We're just doing what we have to in order to become parents. And while that might involve a whole lot of science, it's nothing short of deeply human.
This isn't to say that there aren't lots of huge, lingering question marks, potential roadblocks, and headache-inducing stressors along the way. What if we're not taking the right or enough lifestyle measures to ward off age-related DNA damage that could inhibit the creation of healthy embryos? What if our insurance covers next to nothing? Will my usual exercise routine work for or against my chances at conception? Is it better to have a reproductive endocrinologist with a good bedside manner who can minimize my stress or someone who stresses me out but has a stellar reputation? You can literally go down anxiety-inducing rabbit holes if you think a little bit too long or hard about almost any aspect of this process (and oh, I have!).
But I don't see what-ifs as something that we'd avoid by trying to conceive naturally. No matter how you pursue parenthood, you're going to have worries and fears — as you should, because it's a big freaking deal. But isn't it also one of life's greatest illustrated examples of "No risk, no reward"?
As sure as I am about this being my journey, I know that the path to having a baby for some might look more like that Hollywood ideal, welcoming their little one nine months after their honeymoon or being excitedly caught off-guard by the news that baby No. 2 is on the way when they thought they were "one and done." It would be easy enough to slip into brief brushes with jealousy, but I'm happy for anyone who has never had to try to conceive or to try medically. That's their individual experience, and their own beautiful, unique journey.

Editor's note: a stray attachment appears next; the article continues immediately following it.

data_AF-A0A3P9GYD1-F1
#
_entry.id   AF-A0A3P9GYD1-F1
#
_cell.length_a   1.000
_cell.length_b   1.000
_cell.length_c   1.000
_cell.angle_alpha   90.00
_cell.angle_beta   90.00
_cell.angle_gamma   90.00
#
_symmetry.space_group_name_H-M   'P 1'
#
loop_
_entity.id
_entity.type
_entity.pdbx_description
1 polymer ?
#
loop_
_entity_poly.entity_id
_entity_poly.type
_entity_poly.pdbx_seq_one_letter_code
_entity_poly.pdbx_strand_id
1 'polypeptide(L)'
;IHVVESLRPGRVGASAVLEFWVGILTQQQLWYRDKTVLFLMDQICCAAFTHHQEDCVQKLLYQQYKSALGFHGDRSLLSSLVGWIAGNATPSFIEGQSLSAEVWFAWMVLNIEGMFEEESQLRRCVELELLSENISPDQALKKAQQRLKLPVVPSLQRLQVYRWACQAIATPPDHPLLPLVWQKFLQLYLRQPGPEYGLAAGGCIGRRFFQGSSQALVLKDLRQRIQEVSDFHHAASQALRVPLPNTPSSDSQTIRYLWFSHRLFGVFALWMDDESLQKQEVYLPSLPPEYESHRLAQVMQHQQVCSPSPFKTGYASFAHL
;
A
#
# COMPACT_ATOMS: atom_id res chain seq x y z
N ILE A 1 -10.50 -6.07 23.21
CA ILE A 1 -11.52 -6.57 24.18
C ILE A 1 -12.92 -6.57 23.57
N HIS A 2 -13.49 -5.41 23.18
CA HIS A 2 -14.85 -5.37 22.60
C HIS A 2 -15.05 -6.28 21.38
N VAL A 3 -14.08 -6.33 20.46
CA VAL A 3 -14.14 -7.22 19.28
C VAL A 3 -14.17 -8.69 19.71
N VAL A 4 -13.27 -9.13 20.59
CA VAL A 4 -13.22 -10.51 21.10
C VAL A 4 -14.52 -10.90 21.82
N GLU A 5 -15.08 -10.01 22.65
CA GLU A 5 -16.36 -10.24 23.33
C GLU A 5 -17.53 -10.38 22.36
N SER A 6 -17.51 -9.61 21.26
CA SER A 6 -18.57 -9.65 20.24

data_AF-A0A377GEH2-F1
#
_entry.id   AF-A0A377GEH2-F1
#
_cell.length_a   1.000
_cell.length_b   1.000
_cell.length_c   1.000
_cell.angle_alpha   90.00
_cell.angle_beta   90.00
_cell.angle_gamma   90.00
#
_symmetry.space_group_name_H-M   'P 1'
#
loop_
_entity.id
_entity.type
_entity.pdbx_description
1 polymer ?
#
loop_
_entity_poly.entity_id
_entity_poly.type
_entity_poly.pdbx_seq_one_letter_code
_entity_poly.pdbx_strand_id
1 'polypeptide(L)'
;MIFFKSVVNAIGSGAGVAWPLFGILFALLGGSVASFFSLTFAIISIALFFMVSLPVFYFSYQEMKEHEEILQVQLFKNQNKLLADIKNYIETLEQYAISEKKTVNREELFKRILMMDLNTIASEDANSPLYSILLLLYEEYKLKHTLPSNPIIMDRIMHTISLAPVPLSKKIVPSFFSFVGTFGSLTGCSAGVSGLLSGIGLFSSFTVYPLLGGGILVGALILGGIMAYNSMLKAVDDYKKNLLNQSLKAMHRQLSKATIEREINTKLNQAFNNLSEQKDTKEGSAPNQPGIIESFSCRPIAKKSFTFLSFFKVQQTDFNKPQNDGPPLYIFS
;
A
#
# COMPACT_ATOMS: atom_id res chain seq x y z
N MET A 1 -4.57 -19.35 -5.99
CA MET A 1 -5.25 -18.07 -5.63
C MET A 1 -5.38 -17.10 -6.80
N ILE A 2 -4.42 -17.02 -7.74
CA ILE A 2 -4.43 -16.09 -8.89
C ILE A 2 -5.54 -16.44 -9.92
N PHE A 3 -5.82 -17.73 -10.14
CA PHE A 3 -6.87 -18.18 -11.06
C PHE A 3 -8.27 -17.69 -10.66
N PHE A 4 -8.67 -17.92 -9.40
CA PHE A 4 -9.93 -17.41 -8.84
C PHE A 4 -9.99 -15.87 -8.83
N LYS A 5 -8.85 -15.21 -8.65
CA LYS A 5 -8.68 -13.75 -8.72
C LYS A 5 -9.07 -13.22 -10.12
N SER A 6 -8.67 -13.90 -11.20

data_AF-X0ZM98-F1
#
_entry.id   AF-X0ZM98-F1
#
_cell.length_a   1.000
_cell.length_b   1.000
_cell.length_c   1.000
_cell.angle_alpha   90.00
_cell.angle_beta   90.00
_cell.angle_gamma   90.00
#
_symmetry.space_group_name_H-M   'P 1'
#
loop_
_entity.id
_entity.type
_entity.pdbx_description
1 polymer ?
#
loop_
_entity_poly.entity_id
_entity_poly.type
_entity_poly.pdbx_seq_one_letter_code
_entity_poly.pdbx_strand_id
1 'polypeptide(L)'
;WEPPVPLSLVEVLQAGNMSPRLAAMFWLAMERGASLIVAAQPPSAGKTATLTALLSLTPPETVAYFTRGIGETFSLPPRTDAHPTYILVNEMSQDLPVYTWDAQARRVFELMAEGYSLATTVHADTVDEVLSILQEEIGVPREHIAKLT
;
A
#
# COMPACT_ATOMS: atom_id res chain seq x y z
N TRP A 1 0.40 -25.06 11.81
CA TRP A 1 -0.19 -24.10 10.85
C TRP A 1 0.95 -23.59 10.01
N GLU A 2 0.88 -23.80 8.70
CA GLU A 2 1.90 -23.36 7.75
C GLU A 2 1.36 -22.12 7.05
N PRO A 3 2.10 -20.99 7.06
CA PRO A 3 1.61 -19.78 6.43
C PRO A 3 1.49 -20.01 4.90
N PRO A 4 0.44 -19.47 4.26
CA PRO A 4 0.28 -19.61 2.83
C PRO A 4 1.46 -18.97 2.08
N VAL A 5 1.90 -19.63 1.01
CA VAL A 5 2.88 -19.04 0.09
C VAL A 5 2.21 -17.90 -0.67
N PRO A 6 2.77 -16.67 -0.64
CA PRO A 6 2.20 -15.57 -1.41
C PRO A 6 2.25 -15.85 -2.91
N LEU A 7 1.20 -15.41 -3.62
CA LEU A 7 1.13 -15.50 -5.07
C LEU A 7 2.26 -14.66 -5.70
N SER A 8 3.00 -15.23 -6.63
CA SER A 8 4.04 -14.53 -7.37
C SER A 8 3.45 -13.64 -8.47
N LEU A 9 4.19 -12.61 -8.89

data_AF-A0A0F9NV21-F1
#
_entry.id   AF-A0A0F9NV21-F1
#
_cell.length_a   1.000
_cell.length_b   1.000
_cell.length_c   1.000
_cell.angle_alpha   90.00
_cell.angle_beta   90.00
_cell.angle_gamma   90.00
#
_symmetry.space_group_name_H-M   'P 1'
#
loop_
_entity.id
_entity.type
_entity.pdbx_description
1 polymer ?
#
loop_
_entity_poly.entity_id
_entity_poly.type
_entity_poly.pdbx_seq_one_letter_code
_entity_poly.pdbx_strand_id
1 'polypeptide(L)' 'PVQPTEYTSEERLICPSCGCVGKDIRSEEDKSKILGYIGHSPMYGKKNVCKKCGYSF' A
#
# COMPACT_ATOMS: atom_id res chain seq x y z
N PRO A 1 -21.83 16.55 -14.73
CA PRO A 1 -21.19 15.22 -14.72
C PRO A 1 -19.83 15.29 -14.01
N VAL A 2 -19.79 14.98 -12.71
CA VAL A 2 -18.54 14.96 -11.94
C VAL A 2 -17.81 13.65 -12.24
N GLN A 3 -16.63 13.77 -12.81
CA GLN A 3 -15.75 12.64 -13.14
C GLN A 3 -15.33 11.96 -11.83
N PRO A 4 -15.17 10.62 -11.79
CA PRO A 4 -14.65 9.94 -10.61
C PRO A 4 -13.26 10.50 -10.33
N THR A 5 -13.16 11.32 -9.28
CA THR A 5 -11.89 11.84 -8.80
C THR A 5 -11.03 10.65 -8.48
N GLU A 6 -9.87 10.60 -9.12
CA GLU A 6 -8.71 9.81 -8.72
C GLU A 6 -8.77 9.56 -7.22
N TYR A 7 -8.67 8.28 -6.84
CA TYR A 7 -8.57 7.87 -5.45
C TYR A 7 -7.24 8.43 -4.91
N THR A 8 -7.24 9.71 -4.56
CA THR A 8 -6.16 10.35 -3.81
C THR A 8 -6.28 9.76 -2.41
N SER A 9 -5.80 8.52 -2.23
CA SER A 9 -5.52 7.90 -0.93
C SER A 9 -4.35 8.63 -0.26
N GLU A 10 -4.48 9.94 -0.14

What I am not OK with, however, is any shaming, stigmatizing, or ignorance — especially in 2023, when we've come so far. The truth is that conceiving naturally is still considered ideal, while other methods are regarded as lesser-than or a last resort, which imparts stigma, shame, and disappointment on parents-to-be who are forced to (or choose to!) go this route. In reality, all methods of conceiving are equally valid and magical, and it's time we shed beliefs that imply anything else. After all, many queer couples don't have any other option but to become parents through fertility treatment. We're also living in a time when we're inundated with soundbites from celebs-turned-IVF-parents, like Chrissy Teigen and Amy Schumer. More and more tech start-ups, like Conceive and Cofertility, are offering support for fertility patients. And if you're not offered fertility benefits by your employer, you have every right to be like, "Excuse me? This needs to change stat."
And yet, even healthcare providers are guilty of it. I've read comments on social media from fellow IVF patients who say their doctor told them they "waited too long" to try to conceive. I myself have been at the receiving end of borderline-bullying remarks about my age and conception chances, usually delivered under the guise of science, data, or peer-reviewed evidence. But what might be conventional and well-researched isn't everything. Who is anyone to say how long is "too long" to wait, or what someone else's experience should have been?
Here's the thing: The road to becoming a parent is anything but one-size-fits-all. And once you know the road you're on, you own it. Yes, we're trying to conceive, so very hard, with so many of our resources — physical, emotional, mental, and financial. We're just doing what we have to in order to become parents. And while that might involve a whole lot of science, it's nothing short of deeply human.